The April U.S. death toll from COVID-19, 2,000 deaths every day, surpassed American deaths (58,000) incurred during the Vietnam War.
More deaths have been in cities, where populations are denser. Many people in downstate Illinois, declaring, "This is not Chicago," object to Gov. JB Pritzker’s state stay-at-home orders and want openings decided by region.
Both Rep. Andrew Chesney and former representative Jim Sacia want parts of the state reopened. We wonder if they would be complaining if the governor were a Republican, but let’s assume they’re sincere.
Jim Sacia, in a misleading column, dismisses the seriousness of the disease, saying that many people die of diabetes, heart disease and Alzheimer’s.
Two fallacies here. First, the government can do nothing to prevent heart disease or Alzheimer’s. Pritzker cannot issue an order demanding people eat a heart-healthy diet. Second, these diseases cannot be passed to other people by breathing on them. Shelter-at-home could not prevent their spread.
Sacia quotes a couple of doctors whose conclusions have been widely criticized by health professionals. And defending Trump, he says many lives were saved because Trump prevented "all flights from China on Jan. 31."
Actually, Trump prevented non-U.S. citizens from entering the U.S. from China. There were 279 flights from the Chinese mainland (40,000 people) to the U.S. after Jan. 31. Does Sacia ever check his facts?
An Illinois state representative has sued Pritzker, claiming he was "harmed" by his orders. And John Cabello, representative from Machesney Park is also suing. But in Cabello’s Winnebago County, new cases of COVID-19 have increased dramatically, to 392 on April 30 and 10 deaths. Ten of the 13 zip codes in his area have insufficient testing.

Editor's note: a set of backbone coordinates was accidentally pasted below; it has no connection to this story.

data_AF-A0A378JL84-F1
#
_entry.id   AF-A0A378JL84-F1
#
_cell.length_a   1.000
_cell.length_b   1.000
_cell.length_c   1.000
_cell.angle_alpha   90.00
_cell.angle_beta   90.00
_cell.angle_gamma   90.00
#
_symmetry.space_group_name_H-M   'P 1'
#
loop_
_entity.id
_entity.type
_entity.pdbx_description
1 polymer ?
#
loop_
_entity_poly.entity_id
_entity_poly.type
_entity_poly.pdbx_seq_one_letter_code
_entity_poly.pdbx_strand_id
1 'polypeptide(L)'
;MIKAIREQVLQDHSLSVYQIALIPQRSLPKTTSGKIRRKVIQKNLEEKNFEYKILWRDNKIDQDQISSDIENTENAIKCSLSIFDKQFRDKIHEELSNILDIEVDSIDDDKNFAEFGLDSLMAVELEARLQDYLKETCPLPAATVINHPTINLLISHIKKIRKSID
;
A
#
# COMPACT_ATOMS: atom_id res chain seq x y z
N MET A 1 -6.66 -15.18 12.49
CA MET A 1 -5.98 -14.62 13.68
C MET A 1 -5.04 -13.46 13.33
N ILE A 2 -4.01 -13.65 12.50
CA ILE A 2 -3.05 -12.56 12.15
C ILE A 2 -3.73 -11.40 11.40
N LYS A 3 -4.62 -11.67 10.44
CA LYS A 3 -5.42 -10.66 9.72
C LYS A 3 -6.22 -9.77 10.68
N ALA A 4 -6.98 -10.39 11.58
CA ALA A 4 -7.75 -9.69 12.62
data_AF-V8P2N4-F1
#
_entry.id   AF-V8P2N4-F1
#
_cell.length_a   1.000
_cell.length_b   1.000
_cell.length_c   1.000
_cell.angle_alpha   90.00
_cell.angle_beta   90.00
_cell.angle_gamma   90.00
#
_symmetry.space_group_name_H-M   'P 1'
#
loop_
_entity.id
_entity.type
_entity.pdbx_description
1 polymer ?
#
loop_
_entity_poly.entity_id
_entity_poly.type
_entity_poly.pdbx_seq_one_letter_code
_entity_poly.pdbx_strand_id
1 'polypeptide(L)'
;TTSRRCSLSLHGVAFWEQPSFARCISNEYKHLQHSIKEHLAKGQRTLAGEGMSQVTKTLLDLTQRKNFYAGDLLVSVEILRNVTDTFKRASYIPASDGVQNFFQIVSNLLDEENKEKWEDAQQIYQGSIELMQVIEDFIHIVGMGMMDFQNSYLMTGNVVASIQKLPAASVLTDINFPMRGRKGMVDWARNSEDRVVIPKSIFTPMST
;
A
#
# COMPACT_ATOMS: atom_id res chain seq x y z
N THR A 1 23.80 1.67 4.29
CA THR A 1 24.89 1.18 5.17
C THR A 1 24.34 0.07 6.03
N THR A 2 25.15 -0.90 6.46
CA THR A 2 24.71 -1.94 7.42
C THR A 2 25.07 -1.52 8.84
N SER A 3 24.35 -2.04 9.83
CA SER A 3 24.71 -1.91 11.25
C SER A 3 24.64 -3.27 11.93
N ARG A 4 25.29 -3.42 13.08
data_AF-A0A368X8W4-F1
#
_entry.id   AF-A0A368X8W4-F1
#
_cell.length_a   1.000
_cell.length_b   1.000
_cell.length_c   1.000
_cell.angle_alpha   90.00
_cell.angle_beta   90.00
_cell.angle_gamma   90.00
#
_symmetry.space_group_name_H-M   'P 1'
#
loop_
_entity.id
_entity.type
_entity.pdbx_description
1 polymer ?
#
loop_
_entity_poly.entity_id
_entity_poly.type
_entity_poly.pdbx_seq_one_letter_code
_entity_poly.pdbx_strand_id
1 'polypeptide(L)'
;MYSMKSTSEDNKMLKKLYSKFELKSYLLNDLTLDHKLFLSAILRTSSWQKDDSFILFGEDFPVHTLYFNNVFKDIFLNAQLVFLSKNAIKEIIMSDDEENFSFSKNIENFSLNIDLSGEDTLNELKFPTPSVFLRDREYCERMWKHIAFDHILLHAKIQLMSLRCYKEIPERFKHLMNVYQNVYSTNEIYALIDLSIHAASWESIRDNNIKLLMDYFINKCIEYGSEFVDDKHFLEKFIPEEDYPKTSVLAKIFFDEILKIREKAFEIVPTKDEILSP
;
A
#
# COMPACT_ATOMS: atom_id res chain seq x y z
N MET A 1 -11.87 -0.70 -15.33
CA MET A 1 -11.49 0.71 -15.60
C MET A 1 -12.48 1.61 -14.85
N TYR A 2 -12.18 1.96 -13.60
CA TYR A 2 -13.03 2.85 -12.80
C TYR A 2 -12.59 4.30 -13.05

A church in Lena also sued, claiming violation of religious rights. A judge ruled against them. A large gathering of people, such as in a church service, might very well increase disease and death.
Are rural areas really safer? The Kaiser Family Foundation (KFF.org), which focuses on health issues, isn’t sure, saying "there is increasing concern about the impact of the pandemic in rural America. To the extent that rural areas face an increasing impact, they could experience particular challenges given their relative lack of hospital capacity, older average age, and higher shares of their populations with underlying health conditions."
In rural areas, "both cases and deaths are growing at a faster rate compared to metro counties." Between April 13 and April 27, non-metro counties saw a 125% increase in coronavirus cases, while metro counties saw a 68% increase.
We sympathize with workers who are losing paychecks, with businesses losing money and restaurants that may never reopen. But no one should have to choose between a paycheck and their life. Trump has ordered meatpacking plants to reopen, endangering workers, and insisting, callously, that an executive order under the Defense Production Act would "solve any liability problems."
Gov. Pritzker, on May 5, spoke of reopening Illinois in five phases. Space prevents us from repeating it all, and it’s available on the news. But he is listening to the ideas of governors and mayors all across the state. And he’s divided Illinois into four regions, which may move separately from phase two, which we are in now, into the next phase. The last phase would not occur until a vaccine is available, or a really effective treatment, or a cessation of new cases.
Lawsuits, protests, openings too soon, endanger us all. Let’s be patient. Follow Pritzker’s "Restore Illinois" program. He’s considering regional differences, and he cares about all Illinoisans.
Someday this will be over. Let’s try to make that day come as soon as possible.
Chuck and Pat Wemstrom live in rural Mount Carroll. Reach them at email@example.com.